Liked by 1 person

    • Yes, I can see that verbal and emotional abuse are insidious and hard to explain. This can trick your mind into dismissing the abuse as you misreading the situation or looking for explanations in all the wrong places, including your own behaviour. So glad to hear that your recognised what was happening and are now free of it. Have a hug.

      Liked by 1 person

      • Thanks Jean, that’s exactly what happened: I used to be so sure I was right, but then would slowly end up feeling wrong, it was very confusing. My anxious 23 yr old self will take that hug thanks, and my strong, soft, smart 51 yr old self will hug you back!

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  2. I spent 16 years married to a man who was wonderful…just not for me. My first real relationship with a woman turned out to be with one who was verbally abusive, emotionally abusive and highly manipulative. That wasn’t evident right away. She was on her best behavior and hid those tendencies well until we got past the initial stages. When I ended it, I was never so relieved. Sad to say, it took me a couple of years to see it and to figure out how to deal with it and it cost me a job in the process (long story). I wouldn’t wish any form of abuse on anyone, physical, sexual, emotional or verbal.

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    • Yes, so many men who abuse are well thought of socially and in the wider family circle. That’s why I hate it when people excuse violent men as just ‘blowing up’ or ‘snapping’ when they abuse women. They never have such blowouts at work or in the pub, they save it for one person. It is controlled. There is nothing random about it. I am sorry that you had to experience abuse from a woman too. This is often a very difficult situation to recognise and find support for. Happy to hear that you found the power inside you to end it. Hugs from Ireland.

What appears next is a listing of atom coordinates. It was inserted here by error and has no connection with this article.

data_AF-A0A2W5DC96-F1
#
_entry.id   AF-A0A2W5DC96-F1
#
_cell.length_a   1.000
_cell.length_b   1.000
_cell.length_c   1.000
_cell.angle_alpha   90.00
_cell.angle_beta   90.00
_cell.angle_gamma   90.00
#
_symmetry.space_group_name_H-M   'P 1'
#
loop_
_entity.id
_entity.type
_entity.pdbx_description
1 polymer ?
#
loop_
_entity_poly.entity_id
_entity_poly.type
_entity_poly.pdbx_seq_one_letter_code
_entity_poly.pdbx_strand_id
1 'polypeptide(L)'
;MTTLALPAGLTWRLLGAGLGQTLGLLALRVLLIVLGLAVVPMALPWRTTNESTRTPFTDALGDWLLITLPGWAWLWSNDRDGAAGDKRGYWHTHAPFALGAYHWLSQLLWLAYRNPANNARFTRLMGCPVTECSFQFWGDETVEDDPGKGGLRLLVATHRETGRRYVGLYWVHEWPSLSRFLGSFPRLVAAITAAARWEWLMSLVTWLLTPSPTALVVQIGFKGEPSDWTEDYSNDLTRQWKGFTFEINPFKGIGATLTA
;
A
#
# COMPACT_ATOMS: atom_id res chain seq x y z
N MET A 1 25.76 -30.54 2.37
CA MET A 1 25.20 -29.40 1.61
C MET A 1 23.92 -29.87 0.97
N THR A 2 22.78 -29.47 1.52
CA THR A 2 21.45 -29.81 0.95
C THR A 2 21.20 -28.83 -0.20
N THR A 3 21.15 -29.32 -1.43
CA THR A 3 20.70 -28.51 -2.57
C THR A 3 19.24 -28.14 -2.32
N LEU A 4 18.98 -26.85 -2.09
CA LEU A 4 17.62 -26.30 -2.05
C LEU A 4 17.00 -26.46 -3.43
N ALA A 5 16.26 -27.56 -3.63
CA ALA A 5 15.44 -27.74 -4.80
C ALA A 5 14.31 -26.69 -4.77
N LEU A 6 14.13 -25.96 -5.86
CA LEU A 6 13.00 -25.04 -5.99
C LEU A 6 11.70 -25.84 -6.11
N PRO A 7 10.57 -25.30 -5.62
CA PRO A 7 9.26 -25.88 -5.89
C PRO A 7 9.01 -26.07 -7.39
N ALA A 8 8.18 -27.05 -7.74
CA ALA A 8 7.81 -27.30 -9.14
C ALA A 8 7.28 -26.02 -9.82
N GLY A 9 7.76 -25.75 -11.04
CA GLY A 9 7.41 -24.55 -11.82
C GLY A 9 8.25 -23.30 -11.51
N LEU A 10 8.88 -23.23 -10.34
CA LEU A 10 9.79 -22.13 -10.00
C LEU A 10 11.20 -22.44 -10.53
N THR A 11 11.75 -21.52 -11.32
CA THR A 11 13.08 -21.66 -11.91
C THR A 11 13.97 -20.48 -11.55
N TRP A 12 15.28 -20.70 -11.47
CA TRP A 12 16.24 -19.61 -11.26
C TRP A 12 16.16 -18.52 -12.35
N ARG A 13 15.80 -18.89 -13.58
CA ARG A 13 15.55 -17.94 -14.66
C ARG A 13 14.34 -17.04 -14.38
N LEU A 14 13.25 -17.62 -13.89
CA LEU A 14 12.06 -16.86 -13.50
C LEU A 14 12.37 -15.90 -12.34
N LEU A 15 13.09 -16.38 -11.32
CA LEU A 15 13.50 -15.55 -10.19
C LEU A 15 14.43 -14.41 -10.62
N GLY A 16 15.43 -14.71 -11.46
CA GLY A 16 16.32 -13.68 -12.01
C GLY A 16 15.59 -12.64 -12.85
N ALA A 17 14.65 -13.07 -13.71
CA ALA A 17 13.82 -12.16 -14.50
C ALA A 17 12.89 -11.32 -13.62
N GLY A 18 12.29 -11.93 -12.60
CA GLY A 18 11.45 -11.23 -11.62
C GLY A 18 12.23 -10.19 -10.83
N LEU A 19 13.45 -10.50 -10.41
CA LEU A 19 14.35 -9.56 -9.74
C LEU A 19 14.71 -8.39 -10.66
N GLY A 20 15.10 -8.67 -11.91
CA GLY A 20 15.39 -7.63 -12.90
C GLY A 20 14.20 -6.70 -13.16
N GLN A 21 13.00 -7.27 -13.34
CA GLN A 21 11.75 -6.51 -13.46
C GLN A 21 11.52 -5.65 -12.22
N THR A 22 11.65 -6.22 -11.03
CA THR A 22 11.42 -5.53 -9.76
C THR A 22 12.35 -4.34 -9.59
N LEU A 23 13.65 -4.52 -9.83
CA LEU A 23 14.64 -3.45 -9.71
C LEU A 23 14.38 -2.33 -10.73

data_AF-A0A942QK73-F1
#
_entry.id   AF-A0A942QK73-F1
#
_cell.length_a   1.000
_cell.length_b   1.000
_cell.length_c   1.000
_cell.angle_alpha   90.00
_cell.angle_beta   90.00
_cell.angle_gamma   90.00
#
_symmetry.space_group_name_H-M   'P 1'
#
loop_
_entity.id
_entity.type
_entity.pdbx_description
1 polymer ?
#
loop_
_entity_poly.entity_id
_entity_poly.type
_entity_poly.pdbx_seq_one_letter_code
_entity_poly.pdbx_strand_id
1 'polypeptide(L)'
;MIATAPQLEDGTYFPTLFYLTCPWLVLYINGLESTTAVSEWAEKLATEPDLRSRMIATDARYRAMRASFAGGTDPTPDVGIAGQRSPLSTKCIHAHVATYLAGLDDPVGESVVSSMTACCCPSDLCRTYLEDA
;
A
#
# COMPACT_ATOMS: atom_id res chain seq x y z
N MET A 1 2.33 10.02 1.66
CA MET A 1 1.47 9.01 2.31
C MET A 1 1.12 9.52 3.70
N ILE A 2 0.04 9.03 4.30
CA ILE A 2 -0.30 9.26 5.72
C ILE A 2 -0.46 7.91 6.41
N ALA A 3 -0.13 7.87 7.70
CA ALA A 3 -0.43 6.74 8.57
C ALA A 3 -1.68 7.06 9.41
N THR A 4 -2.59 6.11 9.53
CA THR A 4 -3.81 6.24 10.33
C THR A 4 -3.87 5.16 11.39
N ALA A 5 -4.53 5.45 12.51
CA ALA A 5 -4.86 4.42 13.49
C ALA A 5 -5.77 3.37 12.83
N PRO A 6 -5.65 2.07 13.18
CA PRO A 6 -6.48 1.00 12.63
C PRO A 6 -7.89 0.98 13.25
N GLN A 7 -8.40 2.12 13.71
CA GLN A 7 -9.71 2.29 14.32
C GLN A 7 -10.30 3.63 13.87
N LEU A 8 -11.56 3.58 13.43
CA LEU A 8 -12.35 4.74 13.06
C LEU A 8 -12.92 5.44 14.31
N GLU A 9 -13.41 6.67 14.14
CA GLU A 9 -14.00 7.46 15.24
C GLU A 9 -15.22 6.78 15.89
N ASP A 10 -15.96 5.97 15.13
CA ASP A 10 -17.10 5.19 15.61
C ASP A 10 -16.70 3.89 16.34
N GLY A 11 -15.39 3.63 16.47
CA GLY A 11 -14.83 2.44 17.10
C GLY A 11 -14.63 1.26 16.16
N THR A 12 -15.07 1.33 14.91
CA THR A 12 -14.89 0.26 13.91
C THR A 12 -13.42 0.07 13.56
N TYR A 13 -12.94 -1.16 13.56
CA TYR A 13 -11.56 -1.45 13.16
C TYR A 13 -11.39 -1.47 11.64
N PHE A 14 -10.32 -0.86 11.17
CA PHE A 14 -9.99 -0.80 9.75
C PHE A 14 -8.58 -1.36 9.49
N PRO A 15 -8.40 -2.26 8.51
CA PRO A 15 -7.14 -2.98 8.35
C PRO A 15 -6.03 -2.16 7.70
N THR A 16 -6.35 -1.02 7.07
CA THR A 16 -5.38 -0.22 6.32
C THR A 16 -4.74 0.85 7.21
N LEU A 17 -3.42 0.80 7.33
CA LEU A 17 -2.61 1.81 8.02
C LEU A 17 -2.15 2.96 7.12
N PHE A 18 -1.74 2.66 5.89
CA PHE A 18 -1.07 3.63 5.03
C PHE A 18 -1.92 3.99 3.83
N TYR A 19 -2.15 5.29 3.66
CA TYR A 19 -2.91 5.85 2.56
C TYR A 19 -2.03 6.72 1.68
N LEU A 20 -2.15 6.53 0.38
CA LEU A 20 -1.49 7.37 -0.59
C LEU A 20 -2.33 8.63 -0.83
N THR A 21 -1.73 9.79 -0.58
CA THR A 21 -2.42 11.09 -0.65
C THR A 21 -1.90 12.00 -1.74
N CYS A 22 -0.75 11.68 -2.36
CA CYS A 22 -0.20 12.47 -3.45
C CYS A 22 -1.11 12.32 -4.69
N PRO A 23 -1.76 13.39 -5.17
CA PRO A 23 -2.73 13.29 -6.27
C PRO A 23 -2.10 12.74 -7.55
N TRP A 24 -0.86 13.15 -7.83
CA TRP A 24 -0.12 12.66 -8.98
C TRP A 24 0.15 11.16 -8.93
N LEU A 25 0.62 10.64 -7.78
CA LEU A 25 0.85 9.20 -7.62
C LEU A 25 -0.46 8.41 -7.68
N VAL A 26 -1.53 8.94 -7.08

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  3. I used to work in this field in London and saw a lot of strong women at a really low ebb. Often, they still loved the abuser, they didn’t want to end the relationship, they just wanted the abuse to stop. It takes a long time to realize that nothing is going to make that happen. By that time, women are utterly worn and often have little idea of how to put their lives back together. It takes a lot to apply the label of ‘abuse’ to one’s self. Other women here know what that is like. I just want to acknowledge the strength of the sisterhood that built the refuge system and the courage of the women who stay in abusive relationships for whatever reason and the bravery of the women who gather a few things and walk out. As women we all have a role to play, whether it is just talking about abuse so that it is less easy for abusers to hide in the silence, listening to our gut when we think a friend may need information, donating, etc. and, of course, writing the reality of abuse and survival, as Sherryl does. it is so important to show that we can survive and be whole people with full lives again.

    Liked by 1 person

    • Yes yes yes! Well said. In the past I’ve donated proceeds from my theatre shows to women’s refuges, and the sense of contribution was deeply moving. We sistas can do anything when we stick together, and take no shit from men xO


  4. Sometimes it’s so insidious too … like the death of a thousand cuts, where you don’t realise what’s happening until you’re surrounded by a pool of blood … metaphorically (or otherwise) speaking.